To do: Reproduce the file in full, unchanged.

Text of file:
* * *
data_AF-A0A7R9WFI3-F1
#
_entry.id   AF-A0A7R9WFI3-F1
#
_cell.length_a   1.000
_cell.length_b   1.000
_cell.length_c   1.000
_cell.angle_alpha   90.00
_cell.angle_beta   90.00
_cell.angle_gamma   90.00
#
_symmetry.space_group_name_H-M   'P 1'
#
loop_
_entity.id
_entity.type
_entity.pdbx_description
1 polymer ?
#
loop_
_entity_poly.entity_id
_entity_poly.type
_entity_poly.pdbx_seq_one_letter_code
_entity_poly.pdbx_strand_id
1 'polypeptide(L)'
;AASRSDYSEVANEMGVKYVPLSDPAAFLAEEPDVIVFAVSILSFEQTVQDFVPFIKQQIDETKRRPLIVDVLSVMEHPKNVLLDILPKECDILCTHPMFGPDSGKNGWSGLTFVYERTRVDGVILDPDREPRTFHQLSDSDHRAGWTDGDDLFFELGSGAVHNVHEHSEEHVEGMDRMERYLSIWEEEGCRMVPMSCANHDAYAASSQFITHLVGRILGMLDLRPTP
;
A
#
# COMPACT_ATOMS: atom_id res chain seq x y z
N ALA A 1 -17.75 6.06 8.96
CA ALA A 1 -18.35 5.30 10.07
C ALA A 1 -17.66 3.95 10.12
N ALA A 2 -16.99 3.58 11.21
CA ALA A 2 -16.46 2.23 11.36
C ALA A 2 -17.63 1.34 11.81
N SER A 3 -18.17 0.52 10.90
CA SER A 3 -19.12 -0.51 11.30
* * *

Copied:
data_AF-A0A7R9WFI3-F1
#
_entry.id   AF-A0A7R9WFI3-F1
#
_cell.length_a   1.000
_cell.length_b   1.000
_cell.length_c   1.000
_cell.angle_alpha   90.00
_cell.angle_beta   90.00
_cell.angle_gamma   90.00
#
_symmetry.space_group_name_H-M   'P 1'
#
loop_
_entity.id
_entity.type
_entity.pdbx_description
1 polymer ?
#
loop_
_entity_poly.entity_id
_entity_poly.type
_entity_poly.pdbx_seq_one_letter_code
_entity_poly.pdbx_strand_id
1 'polypeptide(L)'
;AASRSDYSEVANEMGVKYVPLSDPAAFLAEEPDVIVFAVSILSFEQTVQDFVPFIKQQIDETKRRPLIVDVLSVMEHPKNVLLDILPKECDILCTHPMFGPDSGKNGWSGLTFVYERTRVDGVILDPDREPRTFHQLSDSDHRAGWTDGDDLFFELGSGAVHNVHEHSEEHVEGMDRMERYLSIWEEEGCRMVPMSCANHDAYAASSQFITHLVGRILGMLDLRPTP
;
A
#
# COMPACT_ATOMS: atom_id res chain seq x y z
N ALA A 1 -17.75 6.06 8.96
CA ALA A 1 -18.35 5.30 10.07
C ALA A 1 -17.66 3.95 10.12
N ALA A 2 -16.99 3.58 11.21
CA ALA A 2 -16.46 2.23 11.36
C ALA A 2 -17.63 1.34 11.81
N SER A 3 -18.17 0.52 10.90
CA SER A 3 -19.12 -0.51 11.30